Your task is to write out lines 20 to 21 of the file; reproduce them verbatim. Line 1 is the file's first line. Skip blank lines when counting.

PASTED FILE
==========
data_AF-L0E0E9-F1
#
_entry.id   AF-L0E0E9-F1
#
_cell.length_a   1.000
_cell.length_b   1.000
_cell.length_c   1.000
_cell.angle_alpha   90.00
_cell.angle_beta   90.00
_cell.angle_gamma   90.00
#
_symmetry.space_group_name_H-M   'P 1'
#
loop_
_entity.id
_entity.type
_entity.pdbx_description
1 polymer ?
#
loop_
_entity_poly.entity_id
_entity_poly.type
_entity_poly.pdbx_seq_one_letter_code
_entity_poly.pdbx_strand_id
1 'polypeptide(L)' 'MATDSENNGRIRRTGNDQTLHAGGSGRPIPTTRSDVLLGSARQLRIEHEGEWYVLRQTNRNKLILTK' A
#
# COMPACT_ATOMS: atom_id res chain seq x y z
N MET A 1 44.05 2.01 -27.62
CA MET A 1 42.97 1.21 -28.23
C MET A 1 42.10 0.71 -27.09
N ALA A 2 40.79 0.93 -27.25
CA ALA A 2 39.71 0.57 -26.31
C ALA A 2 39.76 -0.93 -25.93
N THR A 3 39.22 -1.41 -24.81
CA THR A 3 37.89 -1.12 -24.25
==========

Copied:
loop_
_entity_poly.entity_id